Local Green Party Cllr Cadogan Enright has called for incentives recently been introduced in the Republic to be extended to Northern Ireland as a means of supporting new sources of farming income and tackling energy needs.
Cllr Enright said, “Our Electricity Grid is now managed across Ireland as a whole. It is therefore discriminatory for our farmers not to receive the same incentive for renewable energy crops that are available to their counterparts in the Republic”.
Rowallen Ulster Unionist councillor Robert Burgess said, “Speaking as a farmer I find it entirely unacceptable that we have one electricity grid across the island, but our farmers are not being facilitated in producing energy in the manner that they are in the Republic. There is free competition between fossil-fuel energy producers North and South, we farmers need a level playing pitch in renewable energy too”.
Cllrs Enright and Burgess have called for their respective MLA representatives in Stormont to take this matter up with the DUP minister in charge, and seek the production of renewable energy to be managed at inter-governmental Ministerial level for coordination in the single shared grid.
Cllrs Enright and Burgess made the call after it was announced that the Green Party Minister for Energy in the Republic, Eamonn Ryan, was introducing a price structure to reward the production of electricity from natural resources, such as willow, wood, and even farmyard slurry. This will result in farmers being paid to grow biomass which can then be used to generate energy and so reduce demand for imported fossil fuels.
“Local farmers should have the same opportunities as those in the Republic of Ireland to grow crops which are economically viable and which will produce a sustainable agricultural income while helping to tackle climate change. This scheme should be introduced by the Minister responsible as soon as possible as it has so many positive aspects. The NI Branch of the Confederation on British Industry predicted last year that the NI economy will be in serious danger of we do not cease being 99% dependent of imported fossil fuel.”, Cllr Enright said.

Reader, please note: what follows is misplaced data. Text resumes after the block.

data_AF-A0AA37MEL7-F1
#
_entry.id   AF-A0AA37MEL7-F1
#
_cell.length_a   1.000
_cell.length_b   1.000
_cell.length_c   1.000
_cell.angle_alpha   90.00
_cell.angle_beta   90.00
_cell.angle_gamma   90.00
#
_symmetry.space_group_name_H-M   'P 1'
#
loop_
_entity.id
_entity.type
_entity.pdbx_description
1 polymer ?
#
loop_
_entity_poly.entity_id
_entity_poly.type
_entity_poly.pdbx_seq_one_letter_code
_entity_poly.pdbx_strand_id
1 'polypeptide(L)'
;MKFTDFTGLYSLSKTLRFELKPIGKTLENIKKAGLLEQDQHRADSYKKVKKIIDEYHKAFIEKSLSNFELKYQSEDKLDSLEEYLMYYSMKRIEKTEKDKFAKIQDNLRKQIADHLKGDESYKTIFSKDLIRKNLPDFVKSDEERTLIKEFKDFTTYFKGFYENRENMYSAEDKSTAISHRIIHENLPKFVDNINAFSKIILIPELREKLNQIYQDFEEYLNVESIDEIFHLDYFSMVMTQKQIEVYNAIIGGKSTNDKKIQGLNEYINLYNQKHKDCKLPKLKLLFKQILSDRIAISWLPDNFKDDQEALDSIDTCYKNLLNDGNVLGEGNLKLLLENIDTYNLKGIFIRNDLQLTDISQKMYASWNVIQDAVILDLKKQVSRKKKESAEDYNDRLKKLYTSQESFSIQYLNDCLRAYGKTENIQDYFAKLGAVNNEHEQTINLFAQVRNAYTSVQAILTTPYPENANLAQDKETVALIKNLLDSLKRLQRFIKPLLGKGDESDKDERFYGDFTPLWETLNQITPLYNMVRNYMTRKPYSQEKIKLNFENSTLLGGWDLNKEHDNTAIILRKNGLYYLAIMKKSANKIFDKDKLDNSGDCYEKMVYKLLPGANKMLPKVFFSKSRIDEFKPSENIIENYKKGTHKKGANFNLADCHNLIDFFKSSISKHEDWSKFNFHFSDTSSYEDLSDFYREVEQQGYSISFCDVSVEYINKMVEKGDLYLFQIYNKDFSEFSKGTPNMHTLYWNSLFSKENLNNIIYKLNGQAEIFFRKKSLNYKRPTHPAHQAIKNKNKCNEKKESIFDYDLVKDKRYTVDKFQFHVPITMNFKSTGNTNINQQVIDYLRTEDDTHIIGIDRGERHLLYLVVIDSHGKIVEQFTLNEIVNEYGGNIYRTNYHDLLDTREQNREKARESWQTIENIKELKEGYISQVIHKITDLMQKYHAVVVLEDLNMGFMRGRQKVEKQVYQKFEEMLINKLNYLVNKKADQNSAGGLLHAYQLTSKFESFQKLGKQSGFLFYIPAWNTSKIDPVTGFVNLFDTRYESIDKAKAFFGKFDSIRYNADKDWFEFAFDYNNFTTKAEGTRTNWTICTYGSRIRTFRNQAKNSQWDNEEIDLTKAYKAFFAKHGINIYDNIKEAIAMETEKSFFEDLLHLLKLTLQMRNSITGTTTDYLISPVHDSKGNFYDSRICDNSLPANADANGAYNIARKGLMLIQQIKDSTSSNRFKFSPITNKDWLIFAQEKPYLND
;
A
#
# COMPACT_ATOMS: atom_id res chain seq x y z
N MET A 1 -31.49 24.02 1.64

“I have always maintained that farmers could be at the forefront of the green economy and the fight against climate change. This new support price has the potential to contribute to economic recovery in rural Ireland as well as reducing overall national dependence on imported fossil fuels. The Ulster Farmers Union last year called for 15% of all energy in NI to be produced by farms in NI in the ‘Green New Deal’ they jointly agreed with business and trade union leaders. It is particularly important that these incentives are guaranteed for a 15-year period, this would afford farmbers the re-assurance requird to invest heavily in the capital goods and long-term planting needed to bring such businesses to fruition”, said Cllr Burgess.
Downpatrick councillor Cadogan Enright said “Business will also benefit from the ability to produce their own electricity on-site and sell the surplus to the national grid. This would have major benefits for South Down and across Northern Ireland and needs to be copied from the Republic, particularly as we have a Single Electricity Market on this island so any incentives in just one jurisdiction will negatively impact on the other if not replicated. Farmers in the Lecale area have to battle obstacles to be allowed to produce anything.”
Rowallan Cllr Burgess concluded “With the planned reductions in subsidies from the Common Agricultural Policy in the future, it is critical that farmers and rural producers are offered an alternative, sustainable form of living and such schemes would provide that support. I would call on all the farmers and rural industries to make their voices heard in calling for a fair deal on renewable energy “.